The cocaine was stored inside tins of Trinidad Juice Company juices which were part of a consignment of goods that arrived at the Norfolk Port after being shipped from Trinidad. The cocaine, believed to have originated from South America, was hidden inside 700 juice tins bearing the markings of the Cooperative Citrus Growers Association (CCGA) which is located off the Eastern Main Road in Laventille.
The cocaine was found on December 20 at the Port of Norfolk inside a shipping container bound for New York. Officers used advanced technology to perform an initial inspection of the 20-foot container which arrived from Trinidad and Tobago.
After anomalies were discovered, officials did a more extensive search which led to the discovery. Officials discovered the drugs by, “cold hit”, meaning officials received no significant intelligence about its presence. Rather, a Customs and Border Protection officer targeted the shipment for inspection several weeks before the drugs were seized using port knowledge, automatic targeting tools and information about recent smuggling trade.
“As a result of this partnership and hard work of all involved, 332 kilograms of cocaine has not made it into the streets of the United States,” Norfolk area port director Mark Laria said.
While no arrests have been made yet, officials are conducting an investigation, said Scot Rittenberg, acting special agent in charge of Homeland Security Investigations’ Washington field office.
Contacted for comment yesterday, Acting Police Commissioner Stephen Williams said he was not aware of the drug bust but said it was possible other sections of the TT Police Service may have been appraised of the seizure.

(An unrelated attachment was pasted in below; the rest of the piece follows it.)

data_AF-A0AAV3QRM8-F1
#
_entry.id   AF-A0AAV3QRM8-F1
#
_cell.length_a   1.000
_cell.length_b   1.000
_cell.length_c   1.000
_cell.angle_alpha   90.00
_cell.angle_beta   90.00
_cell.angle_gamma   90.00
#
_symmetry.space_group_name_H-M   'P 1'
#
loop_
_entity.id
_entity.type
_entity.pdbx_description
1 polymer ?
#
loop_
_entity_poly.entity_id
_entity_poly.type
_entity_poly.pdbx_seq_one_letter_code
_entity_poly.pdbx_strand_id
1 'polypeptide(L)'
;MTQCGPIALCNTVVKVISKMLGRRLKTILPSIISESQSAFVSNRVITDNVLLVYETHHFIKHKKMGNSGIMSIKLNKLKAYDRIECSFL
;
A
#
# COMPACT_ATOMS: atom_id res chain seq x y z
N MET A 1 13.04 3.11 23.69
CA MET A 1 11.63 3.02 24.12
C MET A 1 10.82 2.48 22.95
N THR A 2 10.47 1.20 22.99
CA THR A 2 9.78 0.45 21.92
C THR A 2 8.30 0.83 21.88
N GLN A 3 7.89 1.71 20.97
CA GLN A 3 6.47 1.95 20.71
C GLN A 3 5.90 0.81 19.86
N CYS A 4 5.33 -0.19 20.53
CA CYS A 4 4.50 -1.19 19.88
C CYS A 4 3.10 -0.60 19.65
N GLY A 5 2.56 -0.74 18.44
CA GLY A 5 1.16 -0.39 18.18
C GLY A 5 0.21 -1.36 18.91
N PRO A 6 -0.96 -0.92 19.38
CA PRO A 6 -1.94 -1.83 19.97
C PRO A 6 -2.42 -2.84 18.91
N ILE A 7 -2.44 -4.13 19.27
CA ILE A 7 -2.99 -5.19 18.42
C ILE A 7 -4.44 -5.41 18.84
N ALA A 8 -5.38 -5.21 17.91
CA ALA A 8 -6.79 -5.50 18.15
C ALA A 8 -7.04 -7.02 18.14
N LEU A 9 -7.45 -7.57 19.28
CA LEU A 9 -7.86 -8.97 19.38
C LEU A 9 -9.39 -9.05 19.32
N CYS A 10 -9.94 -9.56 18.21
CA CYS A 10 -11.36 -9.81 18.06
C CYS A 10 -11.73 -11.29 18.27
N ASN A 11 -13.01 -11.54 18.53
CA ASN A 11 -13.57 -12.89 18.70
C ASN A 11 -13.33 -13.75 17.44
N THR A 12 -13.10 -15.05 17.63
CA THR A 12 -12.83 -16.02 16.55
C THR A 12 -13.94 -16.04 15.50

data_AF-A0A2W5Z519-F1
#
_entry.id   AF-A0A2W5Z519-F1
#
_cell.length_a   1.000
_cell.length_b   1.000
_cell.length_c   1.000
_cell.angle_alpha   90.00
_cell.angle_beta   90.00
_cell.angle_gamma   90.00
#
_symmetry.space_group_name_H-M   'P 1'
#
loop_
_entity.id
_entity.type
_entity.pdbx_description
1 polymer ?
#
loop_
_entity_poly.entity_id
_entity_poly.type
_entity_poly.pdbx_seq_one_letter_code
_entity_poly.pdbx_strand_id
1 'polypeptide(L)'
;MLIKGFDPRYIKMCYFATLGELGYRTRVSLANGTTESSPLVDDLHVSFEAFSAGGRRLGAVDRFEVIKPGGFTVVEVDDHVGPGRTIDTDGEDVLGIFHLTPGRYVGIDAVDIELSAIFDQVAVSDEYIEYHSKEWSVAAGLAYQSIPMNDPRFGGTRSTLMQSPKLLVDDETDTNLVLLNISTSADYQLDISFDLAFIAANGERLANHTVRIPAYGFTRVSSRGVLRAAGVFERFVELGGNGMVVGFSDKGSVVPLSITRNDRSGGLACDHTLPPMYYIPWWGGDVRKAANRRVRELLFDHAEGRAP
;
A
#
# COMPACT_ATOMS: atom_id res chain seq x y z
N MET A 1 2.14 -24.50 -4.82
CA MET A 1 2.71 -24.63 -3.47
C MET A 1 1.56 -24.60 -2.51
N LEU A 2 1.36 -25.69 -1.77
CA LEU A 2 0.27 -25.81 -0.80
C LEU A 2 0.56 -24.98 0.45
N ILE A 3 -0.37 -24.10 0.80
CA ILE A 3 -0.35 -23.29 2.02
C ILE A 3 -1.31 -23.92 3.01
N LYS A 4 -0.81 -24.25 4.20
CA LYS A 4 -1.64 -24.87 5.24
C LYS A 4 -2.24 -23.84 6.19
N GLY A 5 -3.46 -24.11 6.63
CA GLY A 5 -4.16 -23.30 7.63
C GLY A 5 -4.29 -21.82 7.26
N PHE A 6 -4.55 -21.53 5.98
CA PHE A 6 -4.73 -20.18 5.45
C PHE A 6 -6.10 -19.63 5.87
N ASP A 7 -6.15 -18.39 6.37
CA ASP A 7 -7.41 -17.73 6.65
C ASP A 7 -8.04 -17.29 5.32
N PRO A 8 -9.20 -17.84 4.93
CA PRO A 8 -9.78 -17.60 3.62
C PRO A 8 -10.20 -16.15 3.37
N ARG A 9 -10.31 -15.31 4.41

Yesterday, SM Jaleel, the local drinks company which acquired the Trinidad Juice Company issued a statement on the bust.
“We have always taken pride in the high level of quality and standards that we have adhered to for our products and have and will always continue to comply with various legislations both locally and internationally relating to production and exportation of our products.
“It has become common knowledge that criminals involved in drug trafficking have been using mechanisms to transport cocaine, inclusive of items such as fruits, car parts, lumber, hardware and various others. It now appears that someone may be trying to utilise our company’s product in this regard. “We too have only just been recently informed of the situation that occurred almost a month ago on December 20, 2013, regarding the use of our TJC orange and grapefruit flavoured juice tins in the smuggling of cocaine into the United States and have to date, not been contacted by the relevant US authorities in connection with this matter.
“Trinidad Juice is officially exported to the US throughout the year. All export containers which were shipped by the Company in 2013 were officially received by the authorised food and beverage company, the last such shipment being received by them in November. This December shipment referred to last night (Thursday) in an ABC TV Channel 13 news report, was not made by SM Jaleel.